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Get Your Groove On Playlist

October 3, 2013

Whether you’re going out for a run or planning a long drive or settling down for a study session, sometimes you need music that gets your pulse and tickles your brain. I always hear that classical music is completely wrong for this kind of thing, but you just have to know where to look. Listen to these bits and see if you agree.

  1. Nagoya Marimbas, by Steve Reich
    There’s a jazzy feel to this piece, which clips along on the overlapping patterns of several marimba players.
  2. “J.S. Bach DM Gigue,” from the album Live Duets, Mike Marshall and Chris Thile, mandolins.
    Two renowned mandolinists who really love their Bach, create a grooving version of one of his dances.
  3. “Gaguenardise” (Mocking) from Petite Quatuor pour Saxophones, by Jean Francaix. Adelphi Saxophone Quartet.
    An unexpected delight, this slim piece from 1935 takes most of the raucous edge away from the saxophone quartet.
  4. Finale from Octet for Wind Instruments, by Igor Stravinsky.
    With its metronomic eighth notes, this is less a grooving piece than a relentlessly mechanical one. But the rhythmic pop of its melodies and the jazzy last part make it irresistible.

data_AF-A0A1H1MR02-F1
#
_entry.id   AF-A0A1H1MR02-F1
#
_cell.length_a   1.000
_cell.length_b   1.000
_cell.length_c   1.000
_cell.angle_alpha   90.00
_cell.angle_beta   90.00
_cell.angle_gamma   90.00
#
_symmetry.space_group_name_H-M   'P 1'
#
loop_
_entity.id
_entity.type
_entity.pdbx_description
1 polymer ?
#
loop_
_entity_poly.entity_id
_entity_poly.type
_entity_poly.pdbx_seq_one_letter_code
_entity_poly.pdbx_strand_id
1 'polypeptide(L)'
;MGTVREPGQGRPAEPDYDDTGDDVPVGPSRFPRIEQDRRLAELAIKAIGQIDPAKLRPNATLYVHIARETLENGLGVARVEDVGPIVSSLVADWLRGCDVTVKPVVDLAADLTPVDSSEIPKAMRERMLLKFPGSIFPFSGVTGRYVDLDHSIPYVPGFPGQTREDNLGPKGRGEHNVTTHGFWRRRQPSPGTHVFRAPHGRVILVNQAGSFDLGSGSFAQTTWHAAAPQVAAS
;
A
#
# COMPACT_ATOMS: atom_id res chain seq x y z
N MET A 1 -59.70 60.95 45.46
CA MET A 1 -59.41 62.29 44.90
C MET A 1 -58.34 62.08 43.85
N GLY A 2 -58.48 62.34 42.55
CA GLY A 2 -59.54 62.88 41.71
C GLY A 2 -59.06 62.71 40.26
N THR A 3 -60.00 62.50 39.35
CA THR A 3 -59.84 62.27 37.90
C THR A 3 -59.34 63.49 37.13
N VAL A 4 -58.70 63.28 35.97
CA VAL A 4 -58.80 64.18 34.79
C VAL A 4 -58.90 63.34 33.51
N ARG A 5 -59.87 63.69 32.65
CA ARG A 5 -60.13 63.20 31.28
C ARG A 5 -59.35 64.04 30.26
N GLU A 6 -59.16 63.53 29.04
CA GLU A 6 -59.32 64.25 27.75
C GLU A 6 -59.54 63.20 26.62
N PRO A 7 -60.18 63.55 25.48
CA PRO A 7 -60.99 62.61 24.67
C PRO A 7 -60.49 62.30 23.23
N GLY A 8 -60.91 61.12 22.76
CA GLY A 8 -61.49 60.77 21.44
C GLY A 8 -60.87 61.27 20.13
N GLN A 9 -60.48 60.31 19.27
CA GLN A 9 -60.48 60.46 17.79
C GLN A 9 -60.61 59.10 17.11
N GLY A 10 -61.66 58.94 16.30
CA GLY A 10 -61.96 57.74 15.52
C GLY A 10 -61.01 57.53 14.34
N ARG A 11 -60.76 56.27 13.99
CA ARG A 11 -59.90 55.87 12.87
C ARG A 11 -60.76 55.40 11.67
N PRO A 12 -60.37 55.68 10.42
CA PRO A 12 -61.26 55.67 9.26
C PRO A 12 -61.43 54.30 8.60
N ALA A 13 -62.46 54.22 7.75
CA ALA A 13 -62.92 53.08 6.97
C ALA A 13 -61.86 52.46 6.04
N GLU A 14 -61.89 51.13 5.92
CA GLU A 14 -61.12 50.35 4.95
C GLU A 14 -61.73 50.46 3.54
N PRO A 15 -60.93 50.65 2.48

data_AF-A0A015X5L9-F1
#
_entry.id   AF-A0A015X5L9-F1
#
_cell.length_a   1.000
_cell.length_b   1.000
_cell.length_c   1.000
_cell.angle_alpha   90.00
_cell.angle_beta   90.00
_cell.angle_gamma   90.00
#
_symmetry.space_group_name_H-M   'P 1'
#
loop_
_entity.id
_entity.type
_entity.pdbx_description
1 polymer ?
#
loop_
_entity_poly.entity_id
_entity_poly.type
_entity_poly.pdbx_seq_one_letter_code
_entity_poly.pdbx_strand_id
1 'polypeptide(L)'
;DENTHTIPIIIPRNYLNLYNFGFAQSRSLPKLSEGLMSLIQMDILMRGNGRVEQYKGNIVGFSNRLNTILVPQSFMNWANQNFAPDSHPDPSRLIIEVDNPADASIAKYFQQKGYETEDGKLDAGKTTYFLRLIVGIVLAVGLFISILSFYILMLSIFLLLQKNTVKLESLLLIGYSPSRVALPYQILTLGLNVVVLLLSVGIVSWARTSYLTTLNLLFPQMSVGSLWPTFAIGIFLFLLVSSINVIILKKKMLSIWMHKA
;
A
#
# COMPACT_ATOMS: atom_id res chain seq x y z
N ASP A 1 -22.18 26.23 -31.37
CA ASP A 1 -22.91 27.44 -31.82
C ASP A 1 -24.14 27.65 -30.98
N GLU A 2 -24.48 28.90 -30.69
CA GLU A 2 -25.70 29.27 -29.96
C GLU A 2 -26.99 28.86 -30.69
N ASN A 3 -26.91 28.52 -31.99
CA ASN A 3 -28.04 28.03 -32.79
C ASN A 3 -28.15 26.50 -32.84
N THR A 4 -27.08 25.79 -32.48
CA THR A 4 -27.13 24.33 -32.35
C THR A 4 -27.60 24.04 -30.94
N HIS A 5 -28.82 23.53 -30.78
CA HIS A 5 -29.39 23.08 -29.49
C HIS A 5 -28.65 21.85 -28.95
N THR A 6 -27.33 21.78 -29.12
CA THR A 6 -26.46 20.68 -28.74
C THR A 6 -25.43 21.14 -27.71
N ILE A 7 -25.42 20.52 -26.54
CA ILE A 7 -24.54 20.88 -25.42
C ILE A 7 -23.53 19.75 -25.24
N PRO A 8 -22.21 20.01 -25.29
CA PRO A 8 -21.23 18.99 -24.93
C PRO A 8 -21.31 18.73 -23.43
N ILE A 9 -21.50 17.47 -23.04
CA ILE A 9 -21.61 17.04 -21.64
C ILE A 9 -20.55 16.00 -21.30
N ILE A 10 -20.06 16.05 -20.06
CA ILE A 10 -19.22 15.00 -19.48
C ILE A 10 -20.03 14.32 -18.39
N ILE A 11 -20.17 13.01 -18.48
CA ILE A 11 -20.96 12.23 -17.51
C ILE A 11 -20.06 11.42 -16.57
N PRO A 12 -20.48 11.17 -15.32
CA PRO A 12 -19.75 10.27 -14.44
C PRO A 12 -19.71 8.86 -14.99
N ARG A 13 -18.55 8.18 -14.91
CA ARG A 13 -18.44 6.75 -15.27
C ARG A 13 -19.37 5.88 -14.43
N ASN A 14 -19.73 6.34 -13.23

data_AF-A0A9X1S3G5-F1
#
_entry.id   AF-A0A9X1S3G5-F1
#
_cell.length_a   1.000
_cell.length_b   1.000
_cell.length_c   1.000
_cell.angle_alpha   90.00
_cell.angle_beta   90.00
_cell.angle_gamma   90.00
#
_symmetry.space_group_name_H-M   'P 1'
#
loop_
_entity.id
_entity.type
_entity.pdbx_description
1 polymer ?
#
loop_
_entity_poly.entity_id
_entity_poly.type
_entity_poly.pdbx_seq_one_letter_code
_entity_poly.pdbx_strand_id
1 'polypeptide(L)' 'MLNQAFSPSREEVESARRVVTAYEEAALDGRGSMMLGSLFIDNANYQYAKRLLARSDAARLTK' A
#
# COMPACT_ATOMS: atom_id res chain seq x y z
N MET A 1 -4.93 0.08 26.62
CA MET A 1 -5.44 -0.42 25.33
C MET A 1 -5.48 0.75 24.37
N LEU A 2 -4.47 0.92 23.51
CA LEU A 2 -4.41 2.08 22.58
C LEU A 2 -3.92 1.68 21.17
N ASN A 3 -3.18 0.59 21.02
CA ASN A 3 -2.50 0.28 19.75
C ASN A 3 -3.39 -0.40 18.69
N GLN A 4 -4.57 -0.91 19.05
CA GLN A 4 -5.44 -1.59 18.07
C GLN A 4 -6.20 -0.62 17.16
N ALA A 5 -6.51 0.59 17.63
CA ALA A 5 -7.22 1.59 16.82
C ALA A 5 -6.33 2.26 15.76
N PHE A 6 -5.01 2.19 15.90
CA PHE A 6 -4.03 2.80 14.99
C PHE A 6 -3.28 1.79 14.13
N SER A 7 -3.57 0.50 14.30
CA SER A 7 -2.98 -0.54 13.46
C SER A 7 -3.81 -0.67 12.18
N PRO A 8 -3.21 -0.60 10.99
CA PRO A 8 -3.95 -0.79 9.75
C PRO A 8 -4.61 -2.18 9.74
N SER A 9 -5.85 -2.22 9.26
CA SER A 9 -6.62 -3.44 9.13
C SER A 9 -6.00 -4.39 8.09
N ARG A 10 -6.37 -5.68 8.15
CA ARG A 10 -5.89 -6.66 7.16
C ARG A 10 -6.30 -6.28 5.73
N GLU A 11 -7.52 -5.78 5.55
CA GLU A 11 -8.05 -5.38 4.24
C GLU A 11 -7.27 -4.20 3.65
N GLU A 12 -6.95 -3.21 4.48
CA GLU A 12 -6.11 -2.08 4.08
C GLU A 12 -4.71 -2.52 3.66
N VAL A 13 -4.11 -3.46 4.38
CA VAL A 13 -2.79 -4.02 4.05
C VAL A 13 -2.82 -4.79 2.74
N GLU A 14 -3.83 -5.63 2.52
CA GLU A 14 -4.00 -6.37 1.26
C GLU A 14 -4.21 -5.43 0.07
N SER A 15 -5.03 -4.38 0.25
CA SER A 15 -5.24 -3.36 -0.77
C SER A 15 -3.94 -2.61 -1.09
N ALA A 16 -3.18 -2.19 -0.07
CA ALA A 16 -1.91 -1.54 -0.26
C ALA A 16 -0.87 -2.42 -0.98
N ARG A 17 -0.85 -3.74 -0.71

5. Allegro, molto vigoroso from Concerto in Slendro, by Lou Harrison. California Symphony, Barry Jekowsky, cond.
    I love Lou Harrison and here’s why: instantly recognizable sound world with unusual instruments and tuning, great melodies, and a rhythmic movement that really lifts you up out of your seat.
  6. “Music for a Found Harmonium” by the Penguin Cafe Orchestra. From the album Cafe del Mar, Vol. 1
    Another group that found what it was looking for in the minimalist aesthetic. Gotta love the harmonium, which really does sound here like it was found somewhere and just incorporated into the ensemble.
  7. Finale: Allegro assai from String Quartet No. 15 (D. 887), by Franz Schubert. Artemis Quartet.
    A big piece to finish, this is kind of what you expect from the finale to a classical string quartet and kind of not. But aside from the brilliant conception (and the tendonitis it visits on players who work on it too much), this movement has a single-minded rhythmic drive that keeps it high up on my personal playlist.

Michael Zwiebach is the senior editor/ content manager for SFCV. He assigns all articles and content, manages the writing staff and does editing. A member of SFCV from the beginning, Michael holds a Ph.D. in music history from the University of California, Berkeley.